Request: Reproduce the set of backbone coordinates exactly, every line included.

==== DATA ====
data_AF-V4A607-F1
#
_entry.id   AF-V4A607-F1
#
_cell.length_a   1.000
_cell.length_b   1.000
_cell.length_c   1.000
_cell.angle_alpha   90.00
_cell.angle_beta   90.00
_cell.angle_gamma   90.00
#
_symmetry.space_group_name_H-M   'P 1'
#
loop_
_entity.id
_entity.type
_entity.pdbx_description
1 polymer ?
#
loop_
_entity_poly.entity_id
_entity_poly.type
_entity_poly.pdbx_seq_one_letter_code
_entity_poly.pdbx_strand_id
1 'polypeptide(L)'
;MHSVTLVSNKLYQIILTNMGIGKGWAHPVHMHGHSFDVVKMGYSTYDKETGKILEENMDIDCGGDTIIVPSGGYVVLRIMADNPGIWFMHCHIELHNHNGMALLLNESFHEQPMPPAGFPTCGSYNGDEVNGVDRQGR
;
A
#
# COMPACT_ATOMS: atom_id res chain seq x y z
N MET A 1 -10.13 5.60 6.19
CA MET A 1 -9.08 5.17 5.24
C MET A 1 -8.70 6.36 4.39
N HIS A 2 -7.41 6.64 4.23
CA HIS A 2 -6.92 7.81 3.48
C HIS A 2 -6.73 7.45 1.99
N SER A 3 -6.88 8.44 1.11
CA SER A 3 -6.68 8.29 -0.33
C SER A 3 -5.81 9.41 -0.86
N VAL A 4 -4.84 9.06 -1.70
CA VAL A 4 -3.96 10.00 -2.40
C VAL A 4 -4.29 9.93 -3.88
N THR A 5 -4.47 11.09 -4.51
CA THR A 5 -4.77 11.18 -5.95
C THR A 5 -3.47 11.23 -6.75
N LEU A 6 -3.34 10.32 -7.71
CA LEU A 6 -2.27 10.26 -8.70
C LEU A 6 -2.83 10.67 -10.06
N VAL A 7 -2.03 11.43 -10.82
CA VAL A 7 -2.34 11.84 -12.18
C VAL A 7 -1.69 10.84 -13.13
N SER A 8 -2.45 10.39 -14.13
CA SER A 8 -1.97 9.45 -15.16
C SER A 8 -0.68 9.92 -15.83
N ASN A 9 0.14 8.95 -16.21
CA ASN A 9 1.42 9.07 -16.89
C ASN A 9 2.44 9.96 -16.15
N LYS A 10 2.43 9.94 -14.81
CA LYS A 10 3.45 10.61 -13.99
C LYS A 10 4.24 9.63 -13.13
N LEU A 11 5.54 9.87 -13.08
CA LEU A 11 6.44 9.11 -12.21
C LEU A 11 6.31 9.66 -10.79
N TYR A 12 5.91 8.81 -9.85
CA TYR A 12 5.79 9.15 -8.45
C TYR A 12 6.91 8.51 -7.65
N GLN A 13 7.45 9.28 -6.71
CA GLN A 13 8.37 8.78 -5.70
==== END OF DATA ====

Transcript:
data_AF-V4A607-F1
#
_entry.id   AF-V4A607-F1
#
_cell.length_a   1.000
_cell.length_b   1.000
_cell.length_c   1.000
_cell.angle_alpha   90.00
_cell.angle_beta   90.00
_cell.angle_gamma   90.00
#
_symmetry.space_group_name_H-M   'P 1'
#
loop_
_entity.id
_entity.type
_entity.pdbx_description
1 polymer ?
#
loop_
_entity_poly.entity_id
_entity_poly.type
_entity_poly.pdbx_seq_one_letter_code
_entity_poly.pdbx_strand_id
1 'polypeptide(L)'
;MHSVTLVSNKLYQIILTNMGIGKGWAHPVHMHGHSFDVVKMGYSTYDKETGKILEENMDIDCGGDTIIVPSGGYVVLRIMADNPGIWFMHCHIELHNHNGMALLLNESFHEQPMPPAGFPTCGSYNGDEVNGVDRQGR
;
A
#
# COMPACT_ATOMS: atom_id res chain seq x y z
N MET A 1 -10.13 5.60 6.19
CA MET A 1 -9.08 5.17 5.24
C MET A 1 -8.70 6.36 4.39
N HIS A 2 -7.41 6.64 4.23
CA HIS A 2 -6.92 7.81 3.48
C HIS A 2 -6.73 7.45 1.99
N SER A 3 -6.88 8.44 1.11
CA SER A 3 -6.68 8.29 -0.33
C SER A 3 -5.81 9.41 -0.86
N VAL A 4 -4.84 9.06 -1.70
CA VAL A 4 -3.96 10.00 -2.40
C VAL A 4 -4.29 9.93 -3.88
N THR A 5 -4.47 11.09 -4.51
CA THR A 5 -4.77 11.18 -5.95
C THR A 5 -3.47 11.23 -6.75
N LEU A 6 -3.34 10.32 -7.71
CA LEU A 6 -2.27 10.26 -8.70
C LEU A 6 -2.83 10.67 -10.06
N VAL A 7 -2.03 11.43 -10.82
CA VAL A 7 -2.34 11.84 -12.18
C VAL A 7 -1.69 10.84 -13.13
N SER A 8 -2.45 10.39 -14.13
CA SER A 8 -1.97 9.45 -15.16
C SER A 8 -0.68 9.92 -15.83
N ASN A 9 0.14 8.95 -16.21
CA ASN A 9 1.42 9.07 -16.89
C ASN A 9 2.44 9.96 -16.15
N LYS A 10 2.43 9.94 -14.81
CA LYS A 10 3.45 10.61 -13.99
C LYS A 10 4.24 9.63 -13.13
N LEU A 11 5.54 9.87 -13.08
CA LEU A 11 6.44 9.11 -12.21
C LEU A 11 6.31 9.66 -10.79
N TYR A 12 5.91 8.81 -9.85
CA TYR A 12 5.79 9.15 -8.45
C TYR A 12 6.91 8.51 -7.65
N GLN A 13 7.45 9.28 -6.71
CA GLN A 13 8.37 8.78 -5.70